I don´t think. For instance, a really great guitar builder called José Romero (from Madrid) makes professional flamenco guitars, which are among the best, and they are cheaper than this one. And to be honest, this guitar showed here has a correct sound but not for that price. I have nothing against Pepe Romero. It´s just that I need to put some common sense about the price of this particular guitar he shows

There’s not really reason to consider Pepe as an inexperienced maker, after having he made more than 200 guitars, studyed his father huge collection and having had such a testers and renowned customers. These things make you grow at double speed. How many makers could have had such a training? Bouchet made less than 150 guitars in his life.
Having said that, if even Paco said the guitar is very good, I think the price is well worthed.

I didn´t say that. I am sure Pepe has a lot of experience. It´s the amount of money he ask for that guitar. I am sure that Paco thinks it is a good guitar, as well as he has proved another guitars from Spain rather cheaper than that one. For instance, Vicente Carrillo, Jose Romero, etc. which prices are fairly cheaper. To raise the price to that lever is not a good policy for himself, to be honest. At least, with that price, he could have used brazilian rosewood instead of indian rosewood, which it is cheaper.


I can tell you about Juan Miguel Carmona. He is a member of a famous flamenco guitar player dinasty. Moreover, he has a guitar in GSI for a reasonable price … and he is also a recognized guitar maker in Spain.

It appears that the point here is that a flamenco guitar is not worth the price of a classical guitar.

I have to deal with this type of thinking all the time from flamenco players who just don’t get it.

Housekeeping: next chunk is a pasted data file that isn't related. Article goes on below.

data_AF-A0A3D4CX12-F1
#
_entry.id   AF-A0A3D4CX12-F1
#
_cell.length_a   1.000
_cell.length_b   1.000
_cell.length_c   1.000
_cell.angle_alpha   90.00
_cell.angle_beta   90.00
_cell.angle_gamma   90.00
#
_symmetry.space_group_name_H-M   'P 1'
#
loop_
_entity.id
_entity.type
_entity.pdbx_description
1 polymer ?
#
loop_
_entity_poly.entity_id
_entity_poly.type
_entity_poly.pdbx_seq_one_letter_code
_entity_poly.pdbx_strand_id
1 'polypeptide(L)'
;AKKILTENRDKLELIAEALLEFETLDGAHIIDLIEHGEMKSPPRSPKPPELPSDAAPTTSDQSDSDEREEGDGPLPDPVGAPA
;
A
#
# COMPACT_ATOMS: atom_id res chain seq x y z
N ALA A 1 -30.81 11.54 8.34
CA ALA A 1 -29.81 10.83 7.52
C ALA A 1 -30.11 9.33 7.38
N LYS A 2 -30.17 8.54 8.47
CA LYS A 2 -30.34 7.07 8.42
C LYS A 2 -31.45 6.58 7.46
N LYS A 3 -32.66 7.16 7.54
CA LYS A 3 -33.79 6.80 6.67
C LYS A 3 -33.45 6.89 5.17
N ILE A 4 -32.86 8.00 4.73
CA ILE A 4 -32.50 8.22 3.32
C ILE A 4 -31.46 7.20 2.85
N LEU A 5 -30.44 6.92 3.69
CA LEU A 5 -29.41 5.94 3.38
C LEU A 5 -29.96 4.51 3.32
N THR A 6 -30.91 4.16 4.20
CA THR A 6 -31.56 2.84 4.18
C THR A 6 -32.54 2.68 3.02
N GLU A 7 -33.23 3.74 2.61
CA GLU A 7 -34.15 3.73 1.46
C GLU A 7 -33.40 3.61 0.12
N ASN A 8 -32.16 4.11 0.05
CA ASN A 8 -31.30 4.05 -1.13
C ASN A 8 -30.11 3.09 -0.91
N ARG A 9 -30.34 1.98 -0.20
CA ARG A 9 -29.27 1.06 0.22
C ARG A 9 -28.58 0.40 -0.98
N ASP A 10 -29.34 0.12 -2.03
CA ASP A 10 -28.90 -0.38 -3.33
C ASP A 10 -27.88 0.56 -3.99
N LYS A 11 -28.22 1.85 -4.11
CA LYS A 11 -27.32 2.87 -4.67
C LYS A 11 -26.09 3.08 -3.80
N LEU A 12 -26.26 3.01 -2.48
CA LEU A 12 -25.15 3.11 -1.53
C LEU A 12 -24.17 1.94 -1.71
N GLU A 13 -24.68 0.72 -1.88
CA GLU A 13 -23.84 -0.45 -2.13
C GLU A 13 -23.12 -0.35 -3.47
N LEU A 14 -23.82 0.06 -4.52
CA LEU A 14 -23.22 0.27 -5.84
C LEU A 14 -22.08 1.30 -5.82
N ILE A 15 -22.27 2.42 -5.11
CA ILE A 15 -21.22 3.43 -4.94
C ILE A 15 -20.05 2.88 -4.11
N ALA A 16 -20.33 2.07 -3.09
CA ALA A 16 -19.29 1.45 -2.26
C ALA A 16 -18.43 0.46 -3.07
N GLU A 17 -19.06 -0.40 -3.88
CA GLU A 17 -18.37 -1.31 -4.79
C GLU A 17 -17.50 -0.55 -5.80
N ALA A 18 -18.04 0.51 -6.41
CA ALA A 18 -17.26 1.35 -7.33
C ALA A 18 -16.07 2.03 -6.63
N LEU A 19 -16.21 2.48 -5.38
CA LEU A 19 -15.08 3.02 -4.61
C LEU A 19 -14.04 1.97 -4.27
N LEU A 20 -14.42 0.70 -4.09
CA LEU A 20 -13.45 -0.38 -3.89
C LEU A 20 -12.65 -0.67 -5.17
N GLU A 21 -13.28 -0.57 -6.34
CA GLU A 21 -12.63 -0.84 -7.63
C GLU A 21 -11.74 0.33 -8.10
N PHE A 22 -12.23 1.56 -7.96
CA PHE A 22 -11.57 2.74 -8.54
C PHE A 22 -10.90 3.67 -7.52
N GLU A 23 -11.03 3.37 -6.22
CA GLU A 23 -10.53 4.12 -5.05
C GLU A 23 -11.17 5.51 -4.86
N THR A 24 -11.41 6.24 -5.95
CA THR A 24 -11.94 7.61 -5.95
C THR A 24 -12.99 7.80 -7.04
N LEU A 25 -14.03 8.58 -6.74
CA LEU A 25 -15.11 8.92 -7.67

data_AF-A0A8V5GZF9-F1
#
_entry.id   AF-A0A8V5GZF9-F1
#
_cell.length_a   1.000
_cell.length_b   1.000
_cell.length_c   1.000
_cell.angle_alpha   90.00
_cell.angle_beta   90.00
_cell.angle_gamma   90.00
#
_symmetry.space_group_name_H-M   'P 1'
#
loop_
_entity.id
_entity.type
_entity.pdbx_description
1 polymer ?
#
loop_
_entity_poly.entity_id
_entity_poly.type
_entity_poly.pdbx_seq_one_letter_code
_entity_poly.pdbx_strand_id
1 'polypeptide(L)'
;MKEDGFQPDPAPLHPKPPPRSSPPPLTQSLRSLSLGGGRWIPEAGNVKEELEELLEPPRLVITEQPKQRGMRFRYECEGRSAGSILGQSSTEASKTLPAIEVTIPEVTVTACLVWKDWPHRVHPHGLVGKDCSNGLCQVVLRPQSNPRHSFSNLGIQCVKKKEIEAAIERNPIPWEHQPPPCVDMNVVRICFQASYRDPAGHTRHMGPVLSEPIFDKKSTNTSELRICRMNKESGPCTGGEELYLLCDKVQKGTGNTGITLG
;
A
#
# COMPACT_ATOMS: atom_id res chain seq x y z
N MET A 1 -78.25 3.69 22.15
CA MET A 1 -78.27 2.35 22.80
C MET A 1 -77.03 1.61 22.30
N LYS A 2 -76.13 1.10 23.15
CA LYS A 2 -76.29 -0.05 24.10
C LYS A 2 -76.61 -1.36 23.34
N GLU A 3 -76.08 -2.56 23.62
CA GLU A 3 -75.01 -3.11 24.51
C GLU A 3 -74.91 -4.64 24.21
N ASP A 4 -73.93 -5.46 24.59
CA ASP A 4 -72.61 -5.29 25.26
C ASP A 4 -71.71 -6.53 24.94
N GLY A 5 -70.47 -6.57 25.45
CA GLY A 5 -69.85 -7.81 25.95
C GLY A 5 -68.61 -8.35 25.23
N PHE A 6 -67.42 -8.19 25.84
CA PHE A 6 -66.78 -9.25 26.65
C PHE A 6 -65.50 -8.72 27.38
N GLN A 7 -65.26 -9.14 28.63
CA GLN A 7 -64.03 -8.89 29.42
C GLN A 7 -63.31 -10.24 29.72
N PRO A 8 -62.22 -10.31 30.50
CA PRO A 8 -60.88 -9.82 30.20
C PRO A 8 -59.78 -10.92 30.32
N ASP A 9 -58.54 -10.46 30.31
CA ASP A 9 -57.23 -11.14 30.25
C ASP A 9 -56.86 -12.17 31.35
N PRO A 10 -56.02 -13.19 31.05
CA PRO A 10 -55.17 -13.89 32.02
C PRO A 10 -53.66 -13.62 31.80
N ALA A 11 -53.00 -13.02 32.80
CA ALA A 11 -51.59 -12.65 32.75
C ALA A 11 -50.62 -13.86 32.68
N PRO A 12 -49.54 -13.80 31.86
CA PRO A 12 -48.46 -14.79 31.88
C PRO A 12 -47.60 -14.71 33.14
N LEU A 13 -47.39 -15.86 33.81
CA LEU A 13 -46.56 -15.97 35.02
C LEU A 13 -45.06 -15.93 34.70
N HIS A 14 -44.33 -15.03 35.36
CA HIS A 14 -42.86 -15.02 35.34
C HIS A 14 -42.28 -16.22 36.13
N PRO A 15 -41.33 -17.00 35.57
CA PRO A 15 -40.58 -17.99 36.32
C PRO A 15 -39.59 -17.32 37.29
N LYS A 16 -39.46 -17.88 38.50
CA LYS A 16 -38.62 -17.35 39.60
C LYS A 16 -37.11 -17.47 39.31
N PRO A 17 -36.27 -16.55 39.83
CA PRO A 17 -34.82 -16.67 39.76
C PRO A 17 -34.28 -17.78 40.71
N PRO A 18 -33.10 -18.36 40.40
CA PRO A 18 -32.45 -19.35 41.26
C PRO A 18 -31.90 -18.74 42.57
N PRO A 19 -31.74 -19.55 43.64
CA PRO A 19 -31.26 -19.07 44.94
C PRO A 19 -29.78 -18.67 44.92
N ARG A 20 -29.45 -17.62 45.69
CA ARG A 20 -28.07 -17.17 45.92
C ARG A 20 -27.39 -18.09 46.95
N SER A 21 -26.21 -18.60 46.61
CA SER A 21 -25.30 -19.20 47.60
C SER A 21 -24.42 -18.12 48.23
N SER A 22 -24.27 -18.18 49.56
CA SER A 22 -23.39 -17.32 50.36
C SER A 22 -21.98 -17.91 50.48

A master builder is putting his quality in which ever guitar style he builds. If this is a problem for flamenco mentality then consider the Reyes guitars that sell for 15,000 to 22,000 on the average.

This is not saying other builders should charge the same but that each builder ask what he thinks his work is worth.

Pepe may feel that his labor is the same for either style.

There are collectors buying his guitars at this current time and I think that keeping the pricing firm and balanced rather than shifting prices, is a good way to market guitars from an independent builder.

So, let the builder asks what he thinks is fair, and let the market decide where the quality comes into line with the asking price.

And quit complaining about the price, as I have enough experience to know that money comes and goes but tangible assets normally increase with age, if the investor treats his assets with personal care .
A well know builder with market integrity will normally provide this as he progresses along the road to posterity.

I think it´s a matter of fame. We have a refrain in Spain:

“unos tienen la fama y otros cardan la lana” or ” Cria fama y échate a dormir”. It means that once you get the fame you can do whatever you want. OK guys. Pay whatever you want for Pepe Romero´s guitars… I have mine, which is rather good and less expensive.